From: Mathews (1983). Permission has been granted both by the publisher and the author.
S. colchiciflora Waldstein and Kitaibel, Descr. Ic. Pl. Rar. Hung. 2:172, t.159 (1803-4). Typus: Hungary. ‘Habitat in montibus calcareis apricis aridis ad Buda-Örs, Palotam et Füred’. Narcissus autumnalis minor Clusius (1601). Amaryllis colchiciflora (Waldstein and Kitaibel) Ker-Gawler (1808). Amaryllis etnensis Raf. (1810). Amaryllis citrina Sibthorp and Smith (1823). Sternbergia aetnenis (Rafinesque) Gussone (1827). Oporanthus colchiciflorus (Waldstein and Kitaibel) Herbert (1827). Sternbergia dalmatica Herbert (1837). S. colchiciflora var. dalmatica (Herbert) Herbert (1837). S. colchiciflora var. aetnensis (Rafinesque) Rouy (1884). Sternbergia alexandrae Sosn., Trudy Bot. Inst. (Baku) 2: 269 (1936). Sternbergia exscapa Tineo in G.Gussone, Fl. Sicul. Syn. 1: 384 (1843).
Flowering between September and November.
Notes: This is the smallest-flowered and least attractive of the species, producing its almost stemless tiny shuttlecock-shaped flowers in early autumn before the narrow leaves appear. There is even evidence [see Flora USSR 4:489 (1935)] that sometimes the flowers do not appear above ground but instead mature within the bulb, and the first sign of there having been any is when the fruits are pushed up to ground level in spring. I must admit to being rather sceptical about this, having cultivated the species and seen it growing wild in many places. The flowers are very short lived and may be visible for only a day or so, and they are fairly insignificant; the pale yellow narrow perianth segment make it very easy to overlook among the pieces of dried vegetation left over from the dry summers of the regions it inhabits.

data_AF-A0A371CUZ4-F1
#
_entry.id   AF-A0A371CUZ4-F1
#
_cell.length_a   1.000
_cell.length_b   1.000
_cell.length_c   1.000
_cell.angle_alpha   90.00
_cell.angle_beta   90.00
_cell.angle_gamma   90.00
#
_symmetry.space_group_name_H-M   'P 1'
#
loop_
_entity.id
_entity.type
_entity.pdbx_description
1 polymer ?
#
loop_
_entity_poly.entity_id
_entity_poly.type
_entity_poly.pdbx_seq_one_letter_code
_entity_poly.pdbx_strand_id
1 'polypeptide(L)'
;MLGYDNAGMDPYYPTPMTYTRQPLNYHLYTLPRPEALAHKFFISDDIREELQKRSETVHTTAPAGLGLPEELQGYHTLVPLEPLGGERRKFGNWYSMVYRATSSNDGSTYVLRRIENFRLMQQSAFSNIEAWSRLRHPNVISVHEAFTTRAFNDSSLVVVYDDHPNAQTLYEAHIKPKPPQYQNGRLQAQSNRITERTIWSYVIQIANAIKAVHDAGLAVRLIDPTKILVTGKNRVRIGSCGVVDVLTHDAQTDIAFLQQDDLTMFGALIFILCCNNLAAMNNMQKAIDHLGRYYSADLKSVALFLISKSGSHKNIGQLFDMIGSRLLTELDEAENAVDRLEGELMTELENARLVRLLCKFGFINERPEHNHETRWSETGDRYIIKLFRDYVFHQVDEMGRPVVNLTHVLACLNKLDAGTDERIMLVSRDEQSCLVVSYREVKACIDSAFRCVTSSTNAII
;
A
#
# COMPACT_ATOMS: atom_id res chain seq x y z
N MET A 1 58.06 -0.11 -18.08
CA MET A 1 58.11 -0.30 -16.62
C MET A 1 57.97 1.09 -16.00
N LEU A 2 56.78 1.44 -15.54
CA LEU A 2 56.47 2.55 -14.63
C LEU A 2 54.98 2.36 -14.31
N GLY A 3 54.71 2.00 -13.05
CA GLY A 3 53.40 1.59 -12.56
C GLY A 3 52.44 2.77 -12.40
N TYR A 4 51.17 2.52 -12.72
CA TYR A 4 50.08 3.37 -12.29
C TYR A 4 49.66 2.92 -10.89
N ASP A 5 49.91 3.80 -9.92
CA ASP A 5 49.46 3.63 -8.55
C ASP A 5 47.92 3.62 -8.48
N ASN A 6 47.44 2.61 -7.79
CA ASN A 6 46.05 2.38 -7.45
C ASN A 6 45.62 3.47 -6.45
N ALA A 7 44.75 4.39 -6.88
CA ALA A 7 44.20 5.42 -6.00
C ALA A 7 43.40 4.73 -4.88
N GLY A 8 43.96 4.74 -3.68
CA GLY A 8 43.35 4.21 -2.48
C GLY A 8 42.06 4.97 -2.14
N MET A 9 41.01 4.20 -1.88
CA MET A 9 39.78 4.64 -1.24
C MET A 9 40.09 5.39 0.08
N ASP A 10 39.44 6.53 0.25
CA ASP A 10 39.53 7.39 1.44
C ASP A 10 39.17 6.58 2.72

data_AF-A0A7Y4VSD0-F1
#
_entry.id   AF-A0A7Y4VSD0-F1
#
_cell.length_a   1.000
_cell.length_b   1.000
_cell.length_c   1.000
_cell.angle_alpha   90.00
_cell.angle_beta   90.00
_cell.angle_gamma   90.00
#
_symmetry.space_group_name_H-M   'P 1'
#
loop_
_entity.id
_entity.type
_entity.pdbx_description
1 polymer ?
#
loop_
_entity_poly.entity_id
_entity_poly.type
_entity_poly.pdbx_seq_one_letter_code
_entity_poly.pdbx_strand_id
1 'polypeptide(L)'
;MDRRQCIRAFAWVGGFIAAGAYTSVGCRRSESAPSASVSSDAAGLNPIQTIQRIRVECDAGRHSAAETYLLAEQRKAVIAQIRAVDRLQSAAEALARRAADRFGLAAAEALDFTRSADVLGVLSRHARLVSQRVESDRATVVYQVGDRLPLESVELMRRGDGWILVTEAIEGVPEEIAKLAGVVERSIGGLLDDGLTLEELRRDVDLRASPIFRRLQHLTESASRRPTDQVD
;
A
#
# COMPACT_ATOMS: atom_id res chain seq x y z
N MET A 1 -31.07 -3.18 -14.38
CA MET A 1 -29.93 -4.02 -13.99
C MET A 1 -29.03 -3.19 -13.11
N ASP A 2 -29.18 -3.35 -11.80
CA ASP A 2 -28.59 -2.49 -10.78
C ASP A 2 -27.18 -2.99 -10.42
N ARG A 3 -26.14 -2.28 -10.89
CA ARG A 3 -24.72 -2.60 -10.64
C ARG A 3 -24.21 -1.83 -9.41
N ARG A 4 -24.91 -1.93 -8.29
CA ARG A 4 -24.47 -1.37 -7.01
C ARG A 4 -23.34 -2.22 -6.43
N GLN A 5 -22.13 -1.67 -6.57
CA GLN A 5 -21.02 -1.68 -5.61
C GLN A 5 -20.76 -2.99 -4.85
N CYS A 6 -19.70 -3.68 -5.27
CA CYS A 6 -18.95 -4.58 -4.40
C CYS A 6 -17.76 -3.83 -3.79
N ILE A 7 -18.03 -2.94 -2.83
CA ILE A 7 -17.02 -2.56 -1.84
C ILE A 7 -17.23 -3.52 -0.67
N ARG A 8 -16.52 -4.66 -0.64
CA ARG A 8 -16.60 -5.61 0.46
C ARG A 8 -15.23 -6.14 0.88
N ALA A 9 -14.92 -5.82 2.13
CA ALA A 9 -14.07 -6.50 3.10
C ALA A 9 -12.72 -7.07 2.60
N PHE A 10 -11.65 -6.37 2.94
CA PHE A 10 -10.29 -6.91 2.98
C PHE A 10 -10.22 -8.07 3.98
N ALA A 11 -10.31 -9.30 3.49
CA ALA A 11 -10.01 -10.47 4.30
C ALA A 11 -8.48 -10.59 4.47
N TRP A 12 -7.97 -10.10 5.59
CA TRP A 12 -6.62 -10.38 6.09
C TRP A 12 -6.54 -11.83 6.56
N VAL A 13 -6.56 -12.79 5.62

Sternbergia colchiciflora occurs over a very wide area of southern Europe and western Asia from south Spain eastwards through Sicily, the Balkans and Turkey where it is very common, southwards to Israel and northwards to the Crimea and Caucasus; in the east it reaches as far as Iran. There is surprisingly little variation over this large area, perhaps the most obvious being in the length and breadth of the perianth segments; some variants have very narrow ones only 2 mm wide, giving the whole flower a very flimsy appearance. In those forms with the widest segments it can however be quite an attractive little plant, especially if several bulbs are grown closely together in a pot in an alpine house or frame where they can be viewed at close quarters. S. colchiciflora produces seeds very freely in cultivation, so is easily propagated.
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